For my first novel (my Nano novel this year, actually), I tried the planning thing down to every last scene. I don’t think that works for me either. I didn’t start having fun until a third of the way through the book, when my main character got tired of my pre-planned plot and decided to take matters into his own hands. =D

    <— So, here's another writer who doesn't work well with pre-planning!

    Thanks for the post! ❀

    • Liza Kane says:

      Congrats on winning NaNoWriMo! Plotting REALLY helped me finish my novel last year (also a nano-fueled novel, though I didn’t reach The End till December…WAY over 50K words!), which, I needed that success-feeling of finishing a novel to keep me going. BUT, I also realized that I had a Hot Mess (my nickname for that WIP) on my hands, and lacked the motivation to revise it. Enter WIP2. I wanted to end up with a more thoughtful, a more “finished” work when I reached The End. WIP2 created such a spark in me, that I actually fell in to the whole “thoughtful” process that I’m embracing now, and discovered that I’m LOVING the results. It’s only when I got swept away by nanowrimo fever this year, that I fell back into intensive-plotty mode. Never again!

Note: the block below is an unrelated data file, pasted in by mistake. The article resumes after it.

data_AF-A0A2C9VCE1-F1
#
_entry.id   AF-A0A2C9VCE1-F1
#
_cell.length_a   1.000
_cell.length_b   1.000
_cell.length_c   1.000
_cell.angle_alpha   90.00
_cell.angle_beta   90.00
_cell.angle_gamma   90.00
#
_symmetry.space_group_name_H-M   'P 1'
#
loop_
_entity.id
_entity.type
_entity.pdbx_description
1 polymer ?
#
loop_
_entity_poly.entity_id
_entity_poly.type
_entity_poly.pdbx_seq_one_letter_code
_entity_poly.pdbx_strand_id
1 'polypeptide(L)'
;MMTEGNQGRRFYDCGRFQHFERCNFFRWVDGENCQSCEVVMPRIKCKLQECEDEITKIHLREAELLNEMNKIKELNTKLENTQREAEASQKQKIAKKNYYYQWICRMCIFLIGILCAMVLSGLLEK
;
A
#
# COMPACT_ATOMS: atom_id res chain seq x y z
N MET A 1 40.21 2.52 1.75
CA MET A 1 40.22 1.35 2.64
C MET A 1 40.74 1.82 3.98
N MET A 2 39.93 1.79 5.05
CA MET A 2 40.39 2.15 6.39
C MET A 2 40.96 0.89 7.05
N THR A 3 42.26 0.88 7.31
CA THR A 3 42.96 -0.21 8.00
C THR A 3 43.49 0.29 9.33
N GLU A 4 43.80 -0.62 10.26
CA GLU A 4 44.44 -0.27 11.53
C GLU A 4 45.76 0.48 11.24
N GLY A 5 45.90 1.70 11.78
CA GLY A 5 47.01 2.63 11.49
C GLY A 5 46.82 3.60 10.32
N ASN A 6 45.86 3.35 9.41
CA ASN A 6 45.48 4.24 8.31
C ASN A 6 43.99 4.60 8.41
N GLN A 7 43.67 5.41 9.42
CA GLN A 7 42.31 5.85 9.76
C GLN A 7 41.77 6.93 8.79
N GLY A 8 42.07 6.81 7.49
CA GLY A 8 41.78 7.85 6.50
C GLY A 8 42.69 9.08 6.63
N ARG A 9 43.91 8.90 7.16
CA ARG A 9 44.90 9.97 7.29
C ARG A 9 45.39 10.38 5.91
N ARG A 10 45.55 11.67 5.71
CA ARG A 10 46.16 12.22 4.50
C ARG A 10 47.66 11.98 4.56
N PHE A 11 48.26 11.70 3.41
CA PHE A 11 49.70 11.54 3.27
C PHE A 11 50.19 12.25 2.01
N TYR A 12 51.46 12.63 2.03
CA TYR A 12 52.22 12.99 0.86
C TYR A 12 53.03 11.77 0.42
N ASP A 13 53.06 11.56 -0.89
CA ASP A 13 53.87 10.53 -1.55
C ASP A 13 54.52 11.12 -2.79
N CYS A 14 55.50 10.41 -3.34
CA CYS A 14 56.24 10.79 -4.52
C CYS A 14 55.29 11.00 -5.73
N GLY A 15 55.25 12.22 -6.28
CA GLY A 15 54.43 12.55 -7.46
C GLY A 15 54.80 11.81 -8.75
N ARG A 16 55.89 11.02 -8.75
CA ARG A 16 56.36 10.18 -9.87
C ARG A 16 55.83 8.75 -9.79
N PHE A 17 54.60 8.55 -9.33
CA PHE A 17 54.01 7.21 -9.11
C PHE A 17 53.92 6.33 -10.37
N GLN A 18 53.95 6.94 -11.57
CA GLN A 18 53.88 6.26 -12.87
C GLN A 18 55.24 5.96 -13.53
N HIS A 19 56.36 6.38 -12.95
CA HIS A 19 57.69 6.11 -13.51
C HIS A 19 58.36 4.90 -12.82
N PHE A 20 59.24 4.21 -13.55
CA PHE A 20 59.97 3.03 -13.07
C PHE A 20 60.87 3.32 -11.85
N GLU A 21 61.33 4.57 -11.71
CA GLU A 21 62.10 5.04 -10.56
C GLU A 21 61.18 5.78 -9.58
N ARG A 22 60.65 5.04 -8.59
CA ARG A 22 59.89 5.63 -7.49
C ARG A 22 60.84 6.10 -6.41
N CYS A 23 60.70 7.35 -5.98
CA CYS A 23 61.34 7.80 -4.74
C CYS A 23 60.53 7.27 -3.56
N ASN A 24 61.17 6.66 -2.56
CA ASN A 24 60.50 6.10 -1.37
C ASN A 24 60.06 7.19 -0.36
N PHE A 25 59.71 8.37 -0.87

Thanks for stopping by, and I look forward to chatting with you some more! ^_^